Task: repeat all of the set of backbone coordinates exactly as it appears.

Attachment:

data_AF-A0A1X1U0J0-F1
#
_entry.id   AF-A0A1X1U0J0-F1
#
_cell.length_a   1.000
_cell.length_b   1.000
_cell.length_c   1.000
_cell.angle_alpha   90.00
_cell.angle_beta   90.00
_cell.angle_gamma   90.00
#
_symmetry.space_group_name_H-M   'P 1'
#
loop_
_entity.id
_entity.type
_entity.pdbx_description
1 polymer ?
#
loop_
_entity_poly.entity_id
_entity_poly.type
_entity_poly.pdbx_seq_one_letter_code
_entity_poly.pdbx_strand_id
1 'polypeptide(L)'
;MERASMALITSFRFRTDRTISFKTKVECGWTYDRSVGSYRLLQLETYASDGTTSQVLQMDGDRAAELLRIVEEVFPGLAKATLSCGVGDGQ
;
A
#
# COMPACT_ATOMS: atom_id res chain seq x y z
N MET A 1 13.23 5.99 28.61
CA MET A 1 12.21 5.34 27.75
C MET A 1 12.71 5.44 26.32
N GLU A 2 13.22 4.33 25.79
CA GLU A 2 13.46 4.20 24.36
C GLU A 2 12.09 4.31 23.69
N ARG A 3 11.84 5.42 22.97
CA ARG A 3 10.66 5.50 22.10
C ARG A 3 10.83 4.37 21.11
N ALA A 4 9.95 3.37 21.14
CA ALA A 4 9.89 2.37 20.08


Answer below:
data_AF-A0A1X1U0J0-F1
#
_entry.id   AF-A0A1X1U0J0-F1
#
_cell.length_a   1.000
_cell.length_b   1.000
_cell.length_c   1.000
_cell.angle_alpha   90.00
_cell.angle_beta   90.00
_cell.angle_gamma   90.00
#
_symmetry.space_group_name_H-M   'P 1'
#
loop_
_entity.id
_entity.type
_entity.pdbx_description
1 polymer ?
#
loop_
_entity_poly.entity_id
_entity_poly.type
_entity_poly.pdbx_seq_one_letter_code
_entity_poly.pdbx_strand_id
1 'polypeptide(L)'
;MERASMALITSFRFRTDRTISFKTKVECGWTYDRSVGSYRLLQLETYASDGTTSQVLQMDGDRAAELLRIVEEVFPGLAKATLSCGVGDGQ
;
A
#
# COMPACT_ATOMS: atom_id res chain seq x y z
N MET A 1 13.23 5.99 28.61
CA MET A 1 12.21 5.34 27.75
C MET A 1 12.71 5.44 26.32
N GLU A 2 13.22 4.33 25.79
CA GLU A 2 13.46 4.20 24.36
C GLU A 2 12.09 4.31 23.69
N ARG A 3 11.84 5.42 22.97
CA ARG A 3 10.66 5.50 22.10
C ARG A 3 10.83 4.37 21.11
N ALA A 4 9.95 3.37 21.14
CA ALA A 4 9.89 2.37 20.08